to-day.
Cleveland Coming Back.
Washington, Aue. 22.— The President
is expected back the end of next week.
SAN FRANCISCO, WEDNESDAY MORNING, AUGUST 23, 189:).
HIS GREAT EFFORT
Voorhees Makes a Talk
for Repeal.
HE IS A FRIEND OF SILVER.
But Just the Same He Is Prepared
to Follow President Cleveland
to Any Length.
Washington-. Aug. 22.— Interest In the
financial discussion in UongTOM was held
in the Senate to-day when Senator Voor
hees made his creat speech justifying his
position in voting for the unconditional
repeal of tne Sherman act. Nearly one
third of the entire meu:bersnii) of the
House was gathered in the rear seats and
the galleries above were packed to suffo
cation.
The speech of Voorhees was one of his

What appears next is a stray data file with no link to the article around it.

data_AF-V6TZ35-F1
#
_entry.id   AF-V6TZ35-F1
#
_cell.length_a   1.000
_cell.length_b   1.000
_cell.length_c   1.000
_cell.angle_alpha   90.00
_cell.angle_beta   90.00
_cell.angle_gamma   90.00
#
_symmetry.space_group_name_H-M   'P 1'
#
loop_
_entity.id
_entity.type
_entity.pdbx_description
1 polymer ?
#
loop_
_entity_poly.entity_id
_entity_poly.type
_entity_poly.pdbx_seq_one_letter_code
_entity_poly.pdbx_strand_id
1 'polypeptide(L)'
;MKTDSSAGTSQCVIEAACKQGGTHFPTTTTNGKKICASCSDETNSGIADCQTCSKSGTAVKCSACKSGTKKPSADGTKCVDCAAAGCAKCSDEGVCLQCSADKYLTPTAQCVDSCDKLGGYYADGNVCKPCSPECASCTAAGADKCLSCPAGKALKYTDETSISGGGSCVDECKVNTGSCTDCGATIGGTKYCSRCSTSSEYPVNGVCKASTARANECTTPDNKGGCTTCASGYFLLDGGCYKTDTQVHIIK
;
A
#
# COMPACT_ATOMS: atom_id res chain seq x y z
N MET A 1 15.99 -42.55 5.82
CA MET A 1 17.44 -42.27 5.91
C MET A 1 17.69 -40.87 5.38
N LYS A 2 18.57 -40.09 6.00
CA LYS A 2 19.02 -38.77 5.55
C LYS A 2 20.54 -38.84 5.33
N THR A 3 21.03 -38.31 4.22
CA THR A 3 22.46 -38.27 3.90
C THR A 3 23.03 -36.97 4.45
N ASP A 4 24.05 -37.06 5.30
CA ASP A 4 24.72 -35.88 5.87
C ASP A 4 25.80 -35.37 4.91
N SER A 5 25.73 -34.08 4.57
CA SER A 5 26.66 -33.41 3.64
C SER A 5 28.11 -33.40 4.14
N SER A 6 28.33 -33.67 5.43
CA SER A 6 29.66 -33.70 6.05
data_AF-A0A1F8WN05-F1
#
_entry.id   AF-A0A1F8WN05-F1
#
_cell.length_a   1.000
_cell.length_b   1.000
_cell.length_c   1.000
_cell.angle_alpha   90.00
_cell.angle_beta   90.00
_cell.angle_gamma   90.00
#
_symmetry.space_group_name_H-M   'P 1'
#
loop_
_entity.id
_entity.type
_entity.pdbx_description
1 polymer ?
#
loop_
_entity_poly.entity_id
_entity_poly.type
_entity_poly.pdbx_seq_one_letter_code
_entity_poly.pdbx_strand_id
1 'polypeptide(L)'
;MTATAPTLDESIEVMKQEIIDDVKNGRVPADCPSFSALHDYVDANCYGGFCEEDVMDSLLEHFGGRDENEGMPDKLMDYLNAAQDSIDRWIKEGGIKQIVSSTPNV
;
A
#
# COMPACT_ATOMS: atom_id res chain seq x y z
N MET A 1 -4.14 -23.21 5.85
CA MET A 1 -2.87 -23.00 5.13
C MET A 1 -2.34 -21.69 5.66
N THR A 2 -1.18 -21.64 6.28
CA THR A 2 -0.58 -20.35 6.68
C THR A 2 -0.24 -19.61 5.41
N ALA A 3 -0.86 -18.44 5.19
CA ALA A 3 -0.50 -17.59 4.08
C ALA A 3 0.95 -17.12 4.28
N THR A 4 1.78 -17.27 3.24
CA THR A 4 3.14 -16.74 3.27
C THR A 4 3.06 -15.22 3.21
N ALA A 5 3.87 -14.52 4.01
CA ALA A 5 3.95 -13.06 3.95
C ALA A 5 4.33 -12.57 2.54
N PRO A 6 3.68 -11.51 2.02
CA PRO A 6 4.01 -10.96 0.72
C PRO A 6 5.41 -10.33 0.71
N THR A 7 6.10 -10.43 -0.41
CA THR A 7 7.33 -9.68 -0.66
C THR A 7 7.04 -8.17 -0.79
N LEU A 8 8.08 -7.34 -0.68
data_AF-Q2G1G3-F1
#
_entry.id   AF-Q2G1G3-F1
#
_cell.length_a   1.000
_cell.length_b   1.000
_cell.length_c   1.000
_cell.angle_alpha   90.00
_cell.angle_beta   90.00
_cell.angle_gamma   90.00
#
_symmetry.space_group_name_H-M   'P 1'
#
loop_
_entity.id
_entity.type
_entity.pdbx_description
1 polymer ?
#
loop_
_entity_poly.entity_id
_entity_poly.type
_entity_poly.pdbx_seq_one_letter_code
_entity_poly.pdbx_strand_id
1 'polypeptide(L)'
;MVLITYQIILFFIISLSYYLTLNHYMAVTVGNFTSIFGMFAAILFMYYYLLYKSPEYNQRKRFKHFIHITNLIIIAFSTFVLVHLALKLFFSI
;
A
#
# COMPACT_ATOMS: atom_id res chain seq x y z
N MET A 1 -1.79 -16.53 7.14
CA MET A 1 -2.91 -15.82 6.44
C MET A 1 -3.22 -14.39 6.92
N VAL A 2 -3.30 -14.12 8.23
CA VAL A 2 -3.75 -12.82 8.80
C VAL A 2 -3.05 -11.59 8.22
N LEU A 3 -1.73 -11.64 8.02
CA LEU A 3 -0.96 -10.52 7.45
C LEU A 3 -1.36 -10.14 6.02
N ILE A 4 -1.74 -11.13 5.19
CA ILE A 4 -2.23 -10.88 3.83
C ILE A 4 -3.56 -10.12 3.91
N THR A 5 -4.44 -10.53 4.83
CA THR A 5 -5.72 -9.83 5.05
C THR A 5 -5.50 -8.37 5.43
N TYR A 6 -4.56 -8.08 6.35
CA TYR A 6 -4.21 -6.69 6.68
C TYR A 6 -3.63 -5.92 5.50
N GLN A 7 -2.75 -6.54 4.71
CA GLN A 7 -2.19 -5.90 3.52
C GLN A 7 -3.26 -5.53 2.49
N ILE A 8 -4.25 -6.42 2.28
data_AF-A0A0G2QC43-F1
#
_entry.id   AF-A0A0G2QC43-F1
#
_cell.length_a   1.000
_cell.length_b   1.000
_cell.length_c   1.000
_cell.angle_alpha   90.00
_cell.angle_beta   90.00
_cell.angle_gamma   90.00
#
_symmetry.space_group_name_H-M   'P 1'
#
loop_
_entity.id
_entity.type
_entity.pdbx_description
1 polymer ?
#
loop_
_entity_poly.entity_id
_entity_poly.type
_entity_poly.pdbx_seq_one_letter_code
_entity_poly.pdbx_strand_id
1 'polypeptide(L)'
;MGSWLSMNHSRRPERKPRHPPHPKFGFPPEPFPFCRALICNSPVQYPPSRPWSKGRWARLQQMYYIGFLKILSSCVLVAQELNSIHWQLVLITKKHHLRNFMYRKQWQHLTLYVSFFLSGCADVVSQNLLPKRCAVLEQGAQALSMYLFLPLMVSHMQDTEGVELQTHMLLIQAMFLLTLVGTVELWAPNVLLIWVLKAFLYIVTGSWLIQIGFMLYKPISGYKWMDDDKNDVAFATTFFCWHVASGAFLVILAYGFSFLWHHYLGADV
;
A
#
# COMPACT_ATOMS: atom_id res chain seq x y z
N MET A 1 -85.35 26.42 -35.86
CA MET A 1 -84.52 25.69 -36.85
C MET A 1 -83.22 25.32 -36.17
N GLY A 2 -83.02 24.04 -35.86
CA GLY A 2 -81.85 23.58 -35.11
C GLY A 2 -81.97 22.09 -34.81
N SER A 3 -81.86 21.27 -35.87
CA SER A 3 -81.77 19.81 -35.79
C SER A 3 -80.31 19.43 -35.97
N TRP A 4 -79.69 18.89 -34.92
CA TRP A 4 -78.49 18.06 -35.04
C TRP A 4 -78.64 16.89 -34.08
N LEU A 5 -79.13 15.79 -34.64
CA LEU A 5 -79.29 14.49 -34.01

greatest efforts, and while he did not
abate one jot of his past bimetallic record
trie burden of his argument was directed
to proving that the reDeal of the Sherman
act was a proposition which as a necessity
could have no material effect on the merits
of bimetallism as a public policy.
Allen gave notice of an amendment that
he would offer to Voorhees' bill. It pro
poses to add to the repealing clause of the
bill a provision that hereafter standard
silver shall be coined into dollars, halves
quarters and dirues at tbe pretent ratio of
sixteen to one, under the same conditions
as to mintage aud other charges enforced
in relation to the coinage of gold, and that
the Secretary of the Treasury shall, with
out unnecessary delay, all tne silver
bullion owned by the Government to be
coined into standard silver dollars, such
dollars to be legal tender.
Vuorhees then took the floor and ad
dressed the Senate in advocacy of the
bill reported by him discontinuing the pur
chase of silver bullion.
He explained that the action of the Pres
ident in convening the extra session was
owing to loss or confidence In the finan
cial world. "This loss of confidence," he